Addressing a meeting of the United Nations Security Council remotely on Tuesday, Ukrainian President Volodymyr Zelenskyy described the alleged atrocities uncovered in recent days as Russian troops moved out of areas in northern Ukraine.
“The most terrible war crimes we’ve seen since the end of World War II are being committed,” Zelenskyy told the council assembled in New York City, later arguing that “Russia wants to turn Ukraine into silent slaves.”
Zelenskyy proposed a tribunal for Russians who ordered or carried out war crimes similar to the Nuremberg trials in the years directly following the second world war.
Ukrainian authorities and journalists have seen evidence of widespread civilian casualties in Bucha, a suburban area northwest of Kyiv. U.S. Secretary of State Antony Blinken described the casualties as evidence of “a deliberate campaign to kill, to torture, to rape” ― not “the random act of a rogue unit.”
President Joe Biden on Monday called for Russian President Vladimir Putin to be held accountable for the violence, which he described as a war crime.
Russia has repeatedly asserted that the violence was committed after its forces left the region. Blinken, however, said Tuesday that reports of atrocities committed by the Russians are “more than credible.”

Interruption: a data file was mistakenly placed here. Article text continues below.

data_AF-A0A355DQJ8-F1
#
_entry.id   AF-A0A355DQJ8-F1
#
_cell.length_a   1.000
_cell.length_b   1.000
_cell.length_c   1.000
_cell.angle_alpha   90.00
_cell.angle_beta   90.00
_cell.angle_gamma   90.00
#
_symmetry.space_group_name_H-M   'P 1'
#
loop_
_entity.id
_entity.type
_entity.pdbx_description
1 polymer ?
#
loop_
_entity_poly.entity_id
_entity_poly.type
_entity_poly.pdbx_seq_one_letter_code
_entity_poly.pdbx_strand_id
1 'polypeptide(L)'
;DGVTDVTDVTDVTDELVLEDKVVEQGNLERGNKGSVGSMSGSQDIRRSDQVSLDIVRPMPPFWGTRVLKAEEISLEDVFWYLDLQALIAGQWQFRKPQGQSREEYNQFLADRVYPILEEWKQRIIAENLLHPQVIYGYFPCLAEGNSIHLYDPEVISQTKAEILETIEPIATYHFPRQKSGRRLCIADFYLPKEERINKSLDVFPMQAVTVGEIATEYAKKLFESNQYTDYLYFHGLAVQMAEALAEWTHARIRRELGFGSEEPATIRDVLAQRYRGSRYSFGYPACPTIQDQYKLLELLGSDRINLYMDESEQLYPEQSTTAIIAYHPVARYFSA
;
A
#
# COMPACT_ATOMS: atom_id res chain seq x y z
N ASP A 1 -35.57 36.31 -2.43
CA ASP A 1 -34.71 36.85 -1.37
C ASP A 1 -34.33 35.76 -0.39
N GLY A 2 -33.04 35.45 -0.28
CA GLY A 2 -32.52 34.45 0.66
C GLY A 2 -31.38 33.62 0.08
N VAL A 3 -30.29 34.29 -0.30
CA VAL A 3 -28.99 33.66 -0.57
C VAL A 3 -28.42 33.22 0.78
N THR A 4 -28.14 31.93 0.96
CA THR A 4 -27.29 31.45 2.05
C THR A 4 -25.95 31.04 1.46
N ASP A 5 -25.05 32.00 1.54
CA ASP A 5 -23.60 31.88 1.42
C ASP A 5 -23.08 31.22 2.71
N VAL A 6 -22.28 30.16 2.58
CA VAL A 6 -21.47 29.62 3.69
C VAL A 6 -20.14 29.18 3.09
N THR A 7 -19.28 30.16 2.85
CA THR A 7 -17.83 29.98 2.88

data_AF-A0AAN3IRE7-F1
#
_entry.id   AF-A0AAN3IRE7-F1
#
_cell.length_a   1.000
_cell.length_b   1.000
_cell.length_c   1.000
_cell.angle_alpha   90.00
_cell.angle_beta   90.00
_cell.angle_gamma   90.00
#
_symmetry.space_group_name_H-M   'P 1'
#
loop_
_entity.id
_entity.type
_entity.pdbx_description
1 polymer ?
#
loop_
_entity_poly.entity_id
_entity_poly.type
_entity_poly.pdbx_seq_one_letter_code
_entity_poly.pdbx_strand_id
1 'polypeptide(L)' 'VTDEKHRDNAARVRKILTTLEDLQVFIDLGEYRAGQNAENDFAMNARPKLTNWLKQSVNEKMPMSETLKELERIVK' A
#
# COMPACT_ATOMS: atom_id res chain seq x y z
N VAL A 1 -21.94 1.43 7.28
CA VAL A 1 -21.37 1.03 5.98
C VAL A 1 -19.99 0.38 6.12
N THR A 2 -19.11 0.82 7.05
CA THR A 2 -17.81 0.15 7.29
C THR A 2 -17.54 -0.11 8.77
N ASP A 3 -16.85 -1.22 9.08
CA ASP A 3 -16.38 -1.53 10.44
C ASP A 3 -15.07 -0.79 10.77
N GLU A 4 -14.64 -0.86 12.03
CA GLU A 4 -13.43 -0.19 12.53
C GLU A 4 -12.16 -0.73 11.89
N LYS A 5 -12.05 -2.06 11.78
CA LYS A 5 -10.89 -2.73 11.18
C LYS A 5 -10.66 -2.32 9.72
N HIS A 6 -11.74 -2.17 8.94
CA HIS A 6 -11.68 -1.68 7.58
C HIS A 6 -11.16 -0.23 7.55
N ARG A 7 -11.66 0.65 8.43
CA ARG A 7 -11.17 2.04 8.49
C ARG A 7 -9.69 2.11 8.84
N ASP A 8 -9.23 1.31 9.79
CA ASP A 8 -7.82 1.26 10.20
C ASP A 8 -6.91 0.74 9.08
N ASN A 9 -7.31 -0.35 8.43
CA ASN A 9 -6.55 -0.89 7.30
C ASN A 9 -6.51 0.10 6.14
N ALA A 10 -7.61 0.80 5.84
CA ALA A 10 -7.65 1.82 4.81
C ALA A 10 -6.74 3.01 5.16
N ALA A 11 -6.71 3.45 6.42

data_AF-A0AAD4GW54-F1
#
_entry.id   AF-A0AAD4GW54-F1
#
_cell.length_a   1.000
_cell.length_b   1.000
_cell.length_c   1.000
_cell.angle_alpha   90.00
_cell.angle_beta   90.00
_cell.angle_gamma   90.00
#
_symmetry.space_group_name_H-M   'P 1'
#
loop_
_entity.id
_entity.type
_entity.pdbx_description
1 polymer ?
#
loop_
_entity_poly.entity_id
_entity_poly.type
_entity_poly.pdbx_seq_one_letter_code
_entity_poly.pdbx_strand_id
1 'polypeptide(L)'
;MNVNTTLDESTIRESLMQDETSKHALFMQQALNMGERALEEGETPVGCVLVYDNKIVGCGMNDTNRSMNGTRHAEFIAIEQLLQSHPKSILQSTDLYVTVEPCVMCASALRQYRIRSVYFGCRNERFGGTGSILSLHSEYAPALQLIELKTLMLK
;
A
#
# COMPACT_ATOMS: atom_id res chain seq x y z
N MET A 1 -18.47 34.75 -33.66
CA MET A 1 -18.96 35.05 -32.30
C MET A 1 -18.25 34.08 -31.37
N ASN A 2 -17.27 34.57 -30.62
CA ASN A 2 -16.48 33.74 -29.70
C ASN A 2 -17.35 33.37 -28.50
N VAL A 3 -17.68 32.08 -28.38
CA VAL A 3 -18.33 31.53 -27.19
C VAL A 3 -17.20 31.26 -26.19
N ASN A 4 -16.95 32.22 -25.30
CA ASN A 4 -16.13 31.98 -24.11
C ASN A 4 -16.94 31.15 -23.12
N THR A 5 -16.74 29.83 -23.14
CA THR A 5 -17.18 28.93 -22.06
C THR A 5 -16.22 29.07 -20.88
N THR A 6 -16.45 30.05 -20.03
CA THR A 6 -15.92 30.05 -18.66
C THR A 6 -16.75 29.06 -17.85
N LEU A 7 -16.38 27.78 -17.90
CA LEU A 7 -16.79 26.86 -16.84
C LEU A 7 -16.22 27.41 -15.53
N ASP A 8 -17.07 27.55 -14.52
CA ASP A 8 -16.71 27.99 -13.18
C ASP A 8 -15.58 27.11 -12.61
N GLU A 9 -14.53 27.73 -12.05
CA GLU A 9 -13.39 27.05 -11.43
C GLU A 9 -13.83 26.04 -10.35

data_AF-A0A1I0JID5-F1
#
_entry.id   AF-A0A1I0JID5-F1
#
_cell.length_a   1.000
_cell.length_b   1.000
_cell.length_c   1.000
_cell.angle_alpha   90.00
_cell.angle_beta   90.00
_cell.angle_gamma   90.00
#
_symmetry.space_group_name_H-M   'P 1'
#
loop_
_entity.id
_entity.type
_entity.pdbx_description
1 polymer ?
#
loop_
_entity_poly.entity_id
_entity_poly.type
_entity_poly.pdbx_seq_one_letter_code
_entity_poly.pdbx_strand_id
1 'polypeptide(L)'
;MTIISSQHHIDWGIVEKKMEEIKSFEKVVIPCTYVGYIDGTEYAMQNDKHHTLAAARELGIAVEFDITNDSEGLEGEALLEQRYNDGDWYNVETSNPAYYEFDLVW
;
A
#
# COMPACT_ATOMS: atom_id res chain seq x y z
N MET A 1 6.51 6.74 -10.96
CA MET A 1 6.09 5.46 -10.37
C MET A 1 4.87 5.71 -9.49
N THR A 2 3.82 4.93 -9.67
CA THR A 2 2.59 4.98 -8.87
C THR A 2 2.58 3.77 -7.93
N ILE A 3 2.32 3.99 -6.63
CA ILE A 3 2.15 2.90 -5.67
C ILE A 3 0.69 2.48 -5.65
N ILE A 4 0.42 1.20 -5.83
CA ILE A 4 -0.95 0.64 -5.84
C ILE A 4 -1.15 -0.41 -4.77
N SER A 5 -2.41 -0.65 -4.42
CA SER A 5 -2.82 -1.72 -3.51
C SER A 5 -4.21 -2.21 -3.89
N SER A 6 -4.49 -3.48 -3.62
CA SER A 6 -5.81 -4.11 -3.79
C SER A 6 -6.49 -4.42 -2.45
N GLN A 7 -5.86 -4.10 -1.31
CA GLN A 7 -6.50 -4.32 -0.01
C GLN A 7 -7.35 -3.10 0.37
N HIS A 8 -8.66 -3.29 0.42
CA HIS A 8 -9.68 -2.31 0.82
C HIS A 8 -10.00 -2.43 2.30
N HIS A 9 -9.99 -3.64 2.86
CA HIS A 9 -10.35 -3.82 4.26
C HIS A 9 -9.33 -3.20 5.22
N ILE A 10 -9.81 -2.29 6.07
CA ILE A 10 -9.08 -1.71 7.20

“I’m addressing you on behalf of the memory of the deceased,” Zelenskyy told the U.N. council. “They died suffering.”
He alleged that Russian troops searched for and killed “anyone who served our country,” including entire families, executing many people in the street. Other people were thrown in wells, Zelenskyy claimed, and some had their limbs or tongues removed. Photographs showed that some of the dead had their hands tied behind their backs.
The world has yet to see the full extent of the brutality, Zelenskyy added.
The Russians’ behavior is “no different than ISIS,” Zelenskyy said. “And here it is done by a member of the United Nations Security Council.”
The Ukrainian leader condemned the group, whose permanent members include the Russian Federation, for not doing more to end the conflict. He proposed three options: Remove Russia from the security council, reform the council, or dissolve it completely.
Citing what he called Ukraine’s “moral right” to propose reforms, Zelenskyy argued that Russia’s veto power makes the council worthless in fulfilling its main purpose of peacekeeping.
There is currently no process for removing a member of the security council.
“Accountability must be inevitable,” Zelenskyy said.
The Ukrainian delegation sent a video to be played following the president’s remarks, but technical issues prevented it from being shown immediately afterward.
U.S. Ambassador to the United Nations Linda Thomas-Greenfield subsequently announced that the U.S. would seek to suspend Russia from the United Nations Human Rights Council, noting that Russia has used false allegations of human rights abuses on the part of Ukraine to justify its invasion.